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Larry Sanders closing in on extension with Bucks, according to report

The Bucks are choosing to not waste any time, as reports say that they are nearing an extension with shot-blocking extraordinaire Larry Sanders.

Yeah! Extensions! High-fives!
Yeah! Extensions! High-fives!
Mike McGinnis

Larry Sanders and the Bucks are closing in on a contract extension, according to's Marc Stein. The Bucks and Sanders have until October 31 to reach an agreement, but it appears that the team doesn't want to push the deadline to ink its big man, and probable face of the franchise, to an extension.

After two seasons of inconsistent play and minutes, Sanders became a cult hero in Milwaukee last year, averaging 9.8 points, 9.5 rebounds, and 2.8 (!) blocks in under 30 minutes a game last season. He even impressed so far as to garner an invite to the Team USA Mini-Camp in Vegas this past July. That, of course, ended prematurely when Sanders came down on Chandler Parsons's foot and sprained his left ankle.

While Sanders and the Bucks have until Halloween to come to terms on an extension, Stein's sources have said that the deal is already in its final stages. Potential terms of the deal are not being disclosed at the moment, but Stein surmises that it will be somewhere in excess of $10 million annually. Without an extension, Sanders would become a restricted free agent in the summer of 2014. For a positional reference point, Sanders' deal will likely end up somewhere in the neighborhood of Serge Ibaka, Javale McGee, and Deandre Jordan, each of whom signed new four-year deals averaging between $11 and $12 million annually. The incentive for signing Sanders now is to avoid seeing another team make him a huge offer next summer, a scenario the Pacers found themselves in with Roy Hibbert a year ago. Portland was prepared to make HIbbert a max offer sheet last July before the Pacers ponied up $58 million over four years to keep him in Indiana. Jordan was in a similar boat, though he actually signed his $43 million offer sheet with the Warriors before the Clippers eventually matched in December 2011.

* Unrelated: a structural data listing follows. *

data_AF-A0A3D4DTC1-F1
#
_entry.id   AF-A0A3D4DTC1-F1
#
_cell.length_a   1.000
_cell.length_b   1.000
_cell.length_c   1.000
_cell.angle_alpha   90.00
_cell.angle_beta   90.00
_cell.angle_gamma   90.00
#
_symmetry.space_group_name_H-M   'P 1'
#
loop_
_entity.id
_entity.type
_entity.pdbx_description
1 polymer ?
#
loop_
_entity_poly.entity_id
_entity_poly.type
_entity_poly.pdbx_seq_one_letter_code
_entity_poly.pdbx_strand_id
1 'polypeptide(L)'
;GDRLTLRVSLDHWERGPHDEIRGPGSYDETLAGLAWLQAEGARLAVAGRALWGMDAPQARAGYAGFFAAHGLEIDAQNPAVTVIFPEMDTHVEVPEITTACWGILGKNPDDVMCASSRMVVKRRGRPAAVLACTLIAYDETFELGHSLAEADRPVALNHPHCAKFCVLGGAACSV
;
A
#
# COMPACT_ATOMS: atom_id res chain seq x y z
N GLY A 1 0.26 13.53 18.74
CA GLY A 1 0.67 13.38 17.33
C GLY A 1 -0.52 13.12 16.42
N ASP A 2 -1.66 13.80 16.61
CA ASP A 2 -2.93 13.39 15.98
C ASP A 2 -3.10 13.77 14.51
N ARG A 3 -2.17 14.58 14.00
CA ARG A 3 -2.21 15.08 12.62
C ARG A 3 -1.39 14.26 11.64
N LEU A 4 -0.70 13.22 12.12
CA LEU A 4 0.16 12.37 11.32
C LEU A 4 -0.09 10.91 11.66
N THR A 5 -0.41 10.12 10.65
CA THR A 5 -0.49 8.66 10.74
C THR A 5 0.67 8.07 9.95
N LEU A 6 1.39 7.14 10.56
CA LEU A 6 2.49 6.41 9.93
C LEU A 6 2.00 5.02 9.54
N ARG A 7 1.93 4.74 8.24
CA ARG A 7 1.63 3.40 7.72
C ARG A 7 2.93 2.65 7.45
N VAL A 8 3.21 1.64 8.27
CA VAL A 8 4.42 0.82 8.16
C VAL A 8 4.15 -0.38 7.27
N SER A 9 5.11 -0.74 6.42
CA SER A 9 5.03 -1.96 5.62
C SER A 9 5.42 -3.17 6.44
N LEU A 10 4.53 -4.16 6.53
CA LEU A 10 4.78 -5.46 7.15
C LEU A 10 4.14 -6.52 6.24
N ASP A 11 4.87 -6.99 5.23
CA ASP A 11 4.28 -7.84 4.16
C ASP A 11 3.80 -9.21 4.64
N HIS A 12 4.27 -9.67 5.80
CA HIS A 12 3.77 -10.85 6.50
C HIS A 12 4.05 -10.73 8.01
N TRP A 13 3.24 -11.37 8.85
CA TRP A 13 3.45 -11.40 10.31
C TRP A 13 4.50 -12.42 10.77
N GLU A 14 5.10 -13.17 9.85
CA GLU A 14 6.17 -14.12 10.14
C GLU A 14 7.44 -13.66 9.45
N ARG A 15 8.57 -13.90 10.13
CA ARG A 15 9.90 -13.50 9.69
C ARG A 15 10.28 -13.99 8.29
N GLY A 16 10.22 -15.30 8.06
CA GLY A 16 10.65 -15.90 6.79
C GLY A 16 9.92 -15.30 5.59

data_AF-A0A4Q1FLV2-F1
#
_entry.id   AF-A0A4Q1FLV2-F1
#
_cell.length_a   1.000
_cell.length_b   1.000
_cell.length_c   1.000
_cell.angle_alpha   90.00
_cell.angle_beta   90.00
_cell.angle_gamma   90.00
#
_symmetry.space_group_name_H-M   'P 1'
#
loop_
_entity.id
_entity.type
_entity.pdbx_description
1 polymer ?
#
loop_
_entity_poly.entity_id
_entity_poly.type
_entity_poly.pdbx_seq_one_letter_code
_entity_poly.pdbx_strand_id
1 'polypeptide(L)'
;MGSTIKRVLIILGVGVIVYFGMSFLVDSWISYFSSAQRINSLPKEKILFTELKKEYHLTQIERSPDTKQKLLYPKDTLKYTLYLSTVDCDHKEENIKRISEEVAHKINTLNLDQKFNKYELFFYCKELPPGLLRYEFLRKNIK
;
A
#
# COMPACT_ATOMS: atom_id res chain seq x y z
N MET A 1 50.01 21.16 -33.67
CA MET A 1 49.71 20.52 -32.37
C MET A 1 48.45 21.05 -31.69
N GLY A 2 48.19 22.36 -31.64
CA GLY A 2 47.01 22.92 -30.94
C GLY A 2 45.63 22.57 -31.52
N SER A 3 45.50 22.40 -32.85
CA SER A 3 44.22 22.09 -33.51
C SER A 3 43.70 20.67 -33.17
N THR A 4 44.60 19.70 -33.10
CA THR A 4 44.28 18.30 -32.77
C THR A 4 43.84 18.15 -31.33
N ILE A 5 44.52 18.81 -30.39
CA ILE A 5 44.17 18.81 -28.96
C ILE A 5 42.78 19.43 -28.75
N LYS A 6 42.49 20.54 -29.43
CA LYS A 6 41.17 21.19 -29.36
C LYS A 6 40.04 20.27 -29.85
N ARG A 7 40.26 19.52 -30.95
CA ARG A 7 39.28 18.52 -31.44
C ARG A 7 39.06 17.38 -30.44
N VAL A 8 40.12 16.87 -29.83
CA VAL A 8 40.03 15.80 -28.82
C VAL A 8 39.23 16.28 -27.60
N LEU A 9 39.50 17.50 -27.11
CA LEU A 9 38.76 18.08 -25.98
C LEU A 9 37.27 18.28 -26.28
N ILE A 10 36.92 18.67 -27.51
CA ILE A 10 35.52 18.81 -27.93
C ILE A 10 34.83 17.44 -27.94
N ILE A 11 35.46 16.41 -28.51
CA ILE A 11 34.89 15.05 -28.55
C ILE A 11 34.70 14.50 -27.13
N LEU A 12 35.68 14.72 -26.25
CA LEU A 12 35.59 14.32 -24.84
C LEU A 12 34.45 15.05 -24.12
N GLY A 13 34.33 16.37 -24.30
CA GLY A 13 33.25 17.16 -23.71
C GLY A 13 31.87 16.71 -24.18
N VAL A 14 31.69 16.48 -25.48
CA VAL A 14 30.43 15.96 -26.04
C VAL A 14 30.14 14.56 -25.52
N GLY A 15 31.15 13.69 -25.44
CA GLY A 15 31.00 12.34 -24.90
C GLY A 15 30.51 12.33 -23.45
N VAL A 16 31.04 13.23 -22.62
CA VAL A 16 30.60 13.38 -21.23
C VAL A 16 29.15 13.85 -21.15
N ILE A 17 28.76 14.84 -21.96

Sanders finished third in Most Improved Player voting and seventh in Defensive Player of Year voting, though he was the second best shot-blocker in the league while holding opponents to the lowest field-goal percentage around the basket. Despite these accolades, Sanders was left off any first or second All-Defensive teams (read: he's pretty darn valuable, even if he's not properly decorated for it).

Sanders is one of the five remaining carryovers from last year's Bucks squad, and he's already taking an active role in becoming a leader on this overhauled roster as the face of the "new" Bucks. He also says really cool things about wanting to stay in Milwaukee that make you feel all warm and fuzzy and never want to let him go.

Time will tell what the final details of the extension will be and whether Larry can meet those expectations, but for now it's nice to see the Bucks get proactive and lock down what they see is a vital building block to something better than the past product.

[In case you forgot what Larry Sanders playing basketball looked like, here's a little morsel for you]

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